It took me a while to settle into this sequel. For one thing, the author switched from the hero’s p.o.v. in the last novel, which I rather enjoyed, to telling the story from the perspective of one of his sidekicks. Furthermore, there is a huge genre shift here from action-adventure sci-fi to dystopian, surviving-the-end-of-the-world-in-the-aftermath sci-fi. Either of these changes alone are enough to make me want to picket the author’s front porch with a sign to the effect of, “I feel personally betrayed.”
If you can get past all of that, however, this remains one hell of a book. Being an author myself… well, it’s kind of like having a doctor for a patient. I eventually decided I would relinquish control of the story to the guy actually writing it and started my unconditional surrender somewhere towards the end of act 1. Once I was over myself, I found I was expressly enjoying the novel. And from 61% on (according to my Kindle) it goes from being a 3 star read to a 4 star read.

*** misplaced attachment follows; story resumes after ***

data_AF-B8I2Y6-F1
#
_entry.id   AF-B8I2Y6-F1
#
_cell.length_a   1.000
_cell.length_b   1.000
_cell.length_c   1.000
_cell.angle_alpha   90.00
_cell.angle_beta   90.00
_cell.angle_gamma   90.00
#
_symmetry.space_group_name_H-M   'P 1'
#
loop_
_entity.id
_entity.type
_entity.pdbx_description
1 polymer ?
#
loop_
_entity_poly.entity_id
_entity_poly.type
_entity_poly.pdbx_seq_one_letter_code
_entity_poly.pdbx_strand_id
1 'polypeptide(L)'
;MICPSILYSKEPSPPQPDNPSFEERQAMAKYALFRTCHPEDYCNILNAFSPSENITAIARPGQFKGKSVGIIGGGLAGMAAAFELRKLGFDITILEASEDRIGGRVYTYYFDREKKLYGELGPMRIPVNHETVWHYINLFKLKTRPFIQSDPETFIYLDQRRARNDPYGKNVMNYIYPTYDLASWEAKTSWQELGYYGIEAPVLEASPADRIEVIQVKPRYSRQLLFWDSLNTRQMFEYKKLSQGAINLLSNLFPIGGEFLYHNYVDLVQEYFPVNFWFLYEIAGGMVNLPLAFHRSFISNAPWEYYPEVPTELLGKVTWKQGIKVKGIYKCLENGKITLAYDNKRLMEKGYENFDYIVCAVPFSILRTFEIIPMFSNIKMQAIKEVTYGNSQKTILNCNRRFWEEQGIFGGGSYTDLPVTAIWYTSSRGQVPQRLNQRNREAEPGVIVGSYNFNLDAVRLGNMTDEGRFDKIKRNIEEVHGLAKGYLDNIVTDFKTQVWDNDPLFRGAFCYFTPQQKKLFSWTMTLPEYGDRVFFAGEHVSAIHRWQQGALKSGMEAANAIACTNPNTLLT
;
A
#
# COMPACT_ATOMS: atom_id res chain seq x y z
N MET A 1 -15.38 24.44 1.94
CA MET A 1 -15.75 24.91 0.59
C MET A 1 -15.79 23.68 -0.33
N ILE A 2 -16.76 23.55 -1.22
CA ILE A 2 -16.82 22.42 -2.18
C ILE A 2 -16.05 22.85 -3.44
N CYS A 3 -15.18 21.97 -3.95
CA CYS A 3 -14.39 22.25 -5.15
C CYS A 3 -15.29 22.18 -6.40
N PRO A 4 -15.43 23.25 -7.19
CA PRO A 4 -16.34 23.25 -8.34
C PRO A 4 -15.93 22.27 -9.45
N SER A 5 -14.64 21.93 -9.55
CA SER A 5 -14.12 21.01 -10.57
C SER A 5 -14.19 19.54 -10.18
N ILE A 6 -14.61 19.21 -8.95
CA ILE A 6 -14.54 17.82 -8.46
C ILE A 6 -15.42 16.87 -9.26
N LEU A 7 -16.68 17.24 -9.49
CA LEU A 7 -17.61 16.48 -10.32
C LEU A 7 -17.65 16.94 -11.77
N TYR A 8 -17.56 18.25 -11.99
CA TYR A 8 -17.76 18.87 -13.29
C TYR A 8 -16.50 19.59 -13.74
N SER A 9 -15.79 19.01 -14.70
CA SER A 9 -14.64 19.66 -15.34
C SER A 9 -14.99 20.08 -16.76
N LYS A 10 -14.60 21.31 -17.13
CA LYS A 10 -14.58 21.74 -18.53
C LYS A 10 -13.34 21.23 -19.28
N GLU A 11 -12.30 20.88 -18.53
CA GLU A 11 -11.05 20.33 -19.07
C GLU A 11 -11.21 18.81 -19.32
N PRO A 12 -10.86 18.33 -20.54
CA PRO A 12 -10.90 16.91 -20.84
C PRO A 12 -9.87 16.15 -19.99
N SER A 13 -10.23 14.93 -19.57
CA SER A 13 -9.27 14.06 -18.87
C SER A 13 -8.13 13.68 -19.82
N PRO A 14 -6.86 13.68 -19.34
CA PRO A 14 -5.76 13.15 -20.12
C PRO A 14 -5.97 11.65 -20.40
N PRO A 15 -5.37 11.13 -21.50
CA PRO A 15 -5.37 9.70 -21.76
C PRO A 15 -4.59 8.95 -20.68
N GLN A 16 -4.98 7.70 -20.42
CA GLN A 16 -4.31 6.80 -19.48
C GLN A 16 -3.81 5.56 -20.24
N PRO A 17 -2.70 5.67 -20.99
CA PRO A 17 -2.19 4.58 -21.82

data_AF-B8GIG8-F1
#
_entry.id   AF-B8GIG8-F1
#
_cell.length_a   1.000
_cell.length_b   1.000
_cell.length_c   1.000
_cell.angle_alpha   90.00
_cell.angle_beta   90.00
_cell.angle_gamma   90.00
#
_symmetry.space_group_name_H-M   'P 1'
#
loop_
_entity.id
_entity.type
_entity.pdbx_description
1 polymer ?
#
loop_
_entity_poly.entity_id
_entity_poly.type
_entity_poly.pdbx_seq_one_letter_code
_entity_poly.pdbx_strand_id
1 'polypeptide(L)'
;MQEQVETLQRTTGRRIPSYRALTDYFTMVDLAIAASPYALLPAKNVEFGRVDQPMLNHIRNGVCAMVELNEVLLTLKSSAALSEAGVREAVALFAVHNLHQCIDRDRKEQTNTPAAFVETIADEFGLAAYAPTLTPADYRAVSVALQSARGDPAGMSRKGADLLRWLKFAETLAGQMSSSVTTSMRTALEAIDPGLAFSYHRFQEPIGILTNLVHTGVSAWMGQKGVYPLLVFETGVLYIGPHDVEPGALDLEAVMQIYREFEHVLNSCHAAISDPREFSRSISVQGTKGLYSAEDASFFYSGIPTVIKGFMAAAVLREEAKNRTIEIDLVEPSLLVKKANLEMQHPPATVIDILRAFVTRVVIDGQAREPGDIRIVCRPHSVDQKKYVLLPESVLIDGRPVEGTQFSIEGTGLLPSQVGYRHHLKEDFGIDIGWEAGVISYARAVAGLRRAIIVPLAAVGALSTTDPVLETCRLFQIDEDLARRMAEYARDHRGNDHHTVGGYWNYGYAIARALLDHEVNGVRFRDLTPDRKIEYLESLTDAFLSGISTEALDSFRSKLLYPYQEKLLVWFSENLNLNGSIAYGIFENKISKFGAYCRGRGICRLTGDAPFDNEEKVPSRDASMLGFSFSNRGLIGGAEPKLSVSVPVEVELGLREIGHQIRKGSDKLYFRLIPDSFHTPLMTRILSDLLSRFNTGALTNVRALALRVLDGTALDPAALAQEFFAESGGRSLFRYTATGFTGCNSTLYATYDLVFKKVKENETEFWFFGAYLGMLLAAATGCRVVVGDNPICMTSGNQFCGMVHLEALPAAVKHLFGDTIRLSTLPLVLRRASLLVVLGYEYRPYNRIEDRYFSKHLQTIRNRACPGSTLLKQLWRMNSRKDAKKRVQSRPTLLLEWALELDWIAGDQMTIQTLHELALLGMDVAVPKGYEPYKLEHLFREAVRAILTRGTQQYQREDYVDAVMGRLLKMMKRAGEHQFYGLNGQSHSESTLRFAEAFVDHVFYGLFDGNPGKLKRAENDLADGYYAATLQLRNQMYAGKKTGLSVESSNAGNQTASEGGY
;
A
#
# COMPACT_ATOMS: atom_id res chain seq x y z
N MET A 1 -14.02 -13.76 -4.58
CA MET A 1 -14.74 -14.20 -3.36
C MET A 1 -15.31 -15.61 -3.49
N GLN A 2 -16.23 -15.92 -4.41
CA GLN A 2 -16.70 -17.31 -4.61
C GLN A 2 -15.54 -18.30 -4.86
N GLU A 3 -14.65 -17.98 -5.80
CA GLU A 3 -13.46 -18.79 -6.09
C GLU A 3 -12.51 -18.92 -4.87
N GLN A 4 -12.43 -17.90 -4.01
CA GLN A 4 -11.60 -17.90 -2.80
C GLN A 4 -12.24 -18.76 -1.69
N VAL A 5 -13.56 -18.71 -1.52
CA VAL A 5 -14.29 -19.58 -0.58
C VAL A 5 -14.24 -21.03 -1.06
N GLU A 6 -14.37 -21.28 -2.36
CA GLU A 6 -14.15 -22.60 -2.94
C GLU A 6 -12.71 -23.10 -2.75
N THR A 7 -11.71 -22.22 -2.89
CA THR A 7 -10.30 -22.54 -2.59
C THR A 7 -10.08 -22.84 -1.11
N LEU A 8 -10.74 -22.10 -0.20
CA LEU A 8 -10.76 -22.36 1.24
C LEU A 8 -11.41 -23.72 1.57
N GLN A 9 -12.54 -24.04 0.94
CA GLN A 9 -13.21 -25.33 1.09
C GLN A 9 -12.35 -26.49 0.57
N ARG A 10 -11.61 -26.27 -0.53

Moon Dust is as fast paced as Alien Disaster, if a bit more moody. The sense of devastation on Earth following the moon’s explosion had the ring of truth to it, based on the Discovery Channel documentary I watched with top scientists weighing in from around the world with similar speculations. So the author did his homework. There are surreal moments throughout that recall some of my wildest moments on paper; hell this could be an homage. The correlations are probably unintended, but for being a writer after my own heart, he definitely earns some bonus points.
In short, in my humble opinion, this franchise continues to be worth the humble price of the ticket to ride. I’ll be hanging in there for the final installment of the trilogy yet to come.